Kentucky Politics

Kentucky lawmakers are gathering in Frankfort to craft a relief package for eastern Kentucky communities impacted by historic flooding late last month.

The special legislative session starts today and will likely last three days. Republican leaders of the legislature have indicated they’ve come to an agreement with Democratic Gov. Andy Beshear over a framework for the package.

According to Beshear’s proclamation calling the session, lawmakers have been tasked with setting aside money for the Eastern Kentucky State Aid Funding for Emergencies (EKYSAFE) fund. Similar to the relief fund set up after last year’s western Kentucky tornadoes, the new initiative would help local governments, nonprofits and utilities rebuild after the disaster.

Money could be used to rebuild or repair government buildings, clean up debris, fix roads and pay for work and equipment during the recovery.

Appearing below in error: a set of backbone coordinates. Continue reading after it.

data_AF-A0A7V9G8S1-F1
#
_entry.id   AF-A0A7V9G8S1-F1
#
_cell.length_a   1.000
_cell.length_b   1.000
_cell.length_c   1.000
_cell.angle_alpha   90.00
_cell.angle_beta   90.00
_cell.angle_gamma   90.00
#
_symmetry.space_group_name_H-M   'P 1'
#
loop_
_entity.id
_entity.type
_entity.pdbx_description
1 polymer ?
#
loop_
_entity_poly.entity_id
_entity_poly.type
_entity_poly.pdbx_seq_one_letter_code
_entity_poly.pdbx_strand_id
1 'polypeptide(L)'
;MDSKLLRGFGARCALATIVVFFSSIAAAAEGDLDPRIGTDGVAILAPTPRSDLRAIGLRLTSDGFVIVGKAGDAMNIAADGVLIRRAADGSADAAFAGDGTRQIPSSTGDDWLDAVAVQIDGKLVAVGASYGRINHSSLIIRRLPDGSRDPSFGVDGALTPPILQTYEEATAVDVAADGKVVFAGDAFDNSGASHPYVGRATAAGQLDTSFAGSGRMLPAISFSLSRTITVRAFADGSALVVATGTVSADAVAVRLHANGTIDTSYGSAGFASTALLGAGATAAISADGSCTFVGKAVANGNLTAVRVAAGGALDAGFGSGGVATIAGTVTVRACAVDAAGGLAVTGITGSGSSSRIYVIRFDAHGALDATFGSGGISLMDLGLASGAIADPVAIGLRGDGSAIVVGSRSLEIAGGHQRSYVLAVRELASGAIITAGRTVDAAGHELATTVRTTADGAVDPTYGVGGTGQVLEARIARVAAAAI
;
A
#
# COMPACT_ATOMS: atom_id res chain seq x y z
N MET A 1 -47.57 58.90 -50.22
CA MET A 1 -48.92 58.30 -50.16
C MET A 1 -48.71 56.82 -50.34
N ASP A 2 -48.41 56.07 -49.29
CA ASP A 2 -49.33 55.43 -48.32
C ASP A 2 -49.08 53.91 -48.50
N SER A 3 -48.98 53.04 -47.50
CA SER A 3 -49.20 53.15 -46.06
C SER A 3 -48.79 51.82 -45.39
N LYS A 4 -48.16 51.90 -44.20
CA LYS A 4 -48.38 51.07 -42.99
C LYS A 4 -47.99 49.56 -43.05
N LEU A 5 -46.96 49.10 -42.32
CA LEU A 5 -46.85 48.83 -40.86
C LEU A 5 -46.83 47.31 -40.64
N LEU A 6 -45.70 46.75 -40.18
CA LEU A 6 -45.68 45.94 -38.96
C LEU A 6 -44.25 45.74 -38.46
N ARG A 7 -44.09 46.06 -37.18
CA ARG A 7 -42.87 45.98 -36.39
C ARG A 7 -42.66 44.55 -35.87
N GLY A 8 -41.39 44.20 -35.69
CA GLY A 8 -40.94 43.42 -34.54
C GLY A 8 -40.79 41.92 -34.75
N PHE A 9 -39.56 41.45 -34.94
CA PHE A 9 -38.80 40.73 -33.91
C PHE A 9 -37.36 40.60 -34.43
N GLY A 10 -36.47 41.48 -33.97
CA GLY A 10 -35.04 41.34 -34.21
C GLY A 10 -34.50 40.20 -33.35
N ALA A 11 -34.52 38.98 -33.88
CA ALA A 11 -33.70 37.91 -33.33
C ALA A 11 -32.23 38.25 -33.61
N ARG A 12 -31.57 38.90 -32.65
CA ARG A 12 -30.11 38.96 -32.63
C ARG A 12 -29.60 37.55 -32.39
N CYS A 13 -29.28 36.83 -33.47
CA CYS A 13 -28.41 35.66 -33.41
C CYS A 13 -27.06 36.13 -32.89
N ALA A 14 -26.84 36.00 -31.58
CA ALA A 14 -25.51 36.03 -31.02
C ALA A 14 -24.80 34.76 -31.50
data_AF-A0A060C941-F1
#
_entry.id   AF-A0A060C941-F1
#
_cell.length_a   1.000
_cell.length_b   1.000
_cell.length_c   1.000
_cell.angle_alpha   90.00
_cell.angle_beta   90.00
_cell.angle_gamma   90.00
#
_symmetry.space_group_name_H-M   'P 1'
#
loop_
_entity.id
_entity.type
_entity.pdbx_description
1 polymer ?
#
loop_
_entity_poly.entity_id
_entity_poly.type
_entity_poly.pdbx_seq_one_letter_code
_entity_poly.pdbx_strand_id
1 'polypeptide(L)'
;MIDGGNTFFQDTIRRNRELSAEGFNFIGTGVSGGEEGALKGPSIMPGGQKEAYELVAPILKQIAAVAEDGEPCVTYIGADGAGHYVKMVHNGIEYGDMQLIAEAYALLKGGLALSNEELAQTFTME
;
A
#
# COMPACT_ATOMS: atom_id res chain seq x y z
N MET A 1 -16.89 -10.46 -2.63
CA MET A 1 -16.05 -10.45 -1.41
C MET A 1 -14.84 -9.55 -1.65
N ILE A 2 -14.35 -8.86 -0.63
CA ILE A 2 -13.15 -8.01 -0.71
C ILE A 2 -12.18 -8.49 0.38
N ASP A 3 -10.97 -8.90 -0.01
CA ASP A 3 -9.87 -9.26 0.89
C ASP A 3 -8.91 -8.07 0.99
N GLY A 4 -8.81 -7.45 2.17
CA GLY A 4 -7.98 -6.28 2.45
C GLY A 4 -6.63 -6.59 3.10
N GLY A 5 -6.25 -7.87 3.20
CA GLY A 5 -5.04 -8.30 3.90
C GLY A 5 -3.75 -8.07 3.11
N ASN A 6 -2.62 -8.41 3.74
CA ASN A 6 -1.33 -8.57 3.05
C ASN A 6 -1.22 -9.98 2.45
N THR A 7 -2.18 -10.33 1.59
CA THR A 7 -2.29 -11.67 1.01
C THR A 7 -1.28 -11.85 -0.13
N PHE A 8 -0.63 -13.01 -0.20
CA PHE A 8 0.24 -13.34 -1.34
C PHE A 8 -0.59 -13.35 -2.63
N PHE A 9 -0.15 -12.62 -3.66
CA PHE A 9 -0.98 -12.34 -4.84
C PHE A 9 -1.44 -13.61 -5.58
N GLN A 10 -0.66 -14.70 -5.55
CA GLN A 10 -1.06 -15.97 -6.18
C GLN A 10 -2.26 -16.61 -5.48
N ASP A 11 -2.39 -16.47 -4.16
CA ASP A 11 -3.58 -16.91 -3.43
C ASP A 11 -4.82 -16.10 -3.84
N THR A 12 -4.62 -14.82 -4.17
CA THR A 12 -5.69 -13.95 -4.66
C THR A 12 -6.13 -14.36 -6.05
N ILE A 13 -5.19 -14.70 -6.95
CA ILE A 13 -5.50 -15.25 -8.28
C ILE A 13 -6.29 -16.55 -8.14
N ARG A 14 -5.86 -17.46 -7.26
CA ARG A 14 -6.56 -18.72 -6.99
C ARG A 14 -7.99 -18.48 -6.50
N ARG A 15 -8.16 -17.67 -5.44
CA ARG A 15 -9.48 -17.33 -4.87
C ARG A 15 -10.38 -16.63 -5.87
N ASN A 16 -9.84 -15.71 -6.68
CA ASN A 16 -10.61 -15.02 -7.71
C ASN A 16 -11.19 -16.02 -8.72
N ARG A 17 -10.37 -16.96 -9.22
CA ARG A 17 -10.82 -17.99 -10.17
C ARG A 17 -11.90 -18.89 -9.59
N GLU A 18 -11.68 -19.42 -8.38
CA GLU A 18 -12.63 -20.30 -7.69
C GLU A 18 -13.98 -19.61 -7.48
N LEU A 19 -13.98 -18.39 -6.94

Beshear also directed lawmakers to provide aid to school districts in the affected area, calling for lifting requirements that deal with attendance, leave for teachers and remote instruction.

The relief package will provide flexibility for both eastern and western Kentucky school districts relating to funding that’s tied to average daily attendance.

Senate President Robert Stivers, a Republican from Manchester, said lawmakers have put politics aside and will address the region’s immediate needs.

“The General Assembly is prepared to provide aid to schools, cities, counties and other local government agencies as we repair what we can and rebuild what our communities need,” Stivers wrote in a statement.

Only the governor can call a special legislative session—a time when state lawmakers can pass laws or appropriate money outside of the regular legislative session. The next regular session begins on Jan. 3 and will last until March 30. During a special session, legislators can’t pass laws that go beyond the scope of the governor’s proclamation.

Ryland Barton is the Managing Editor for Collaboratives.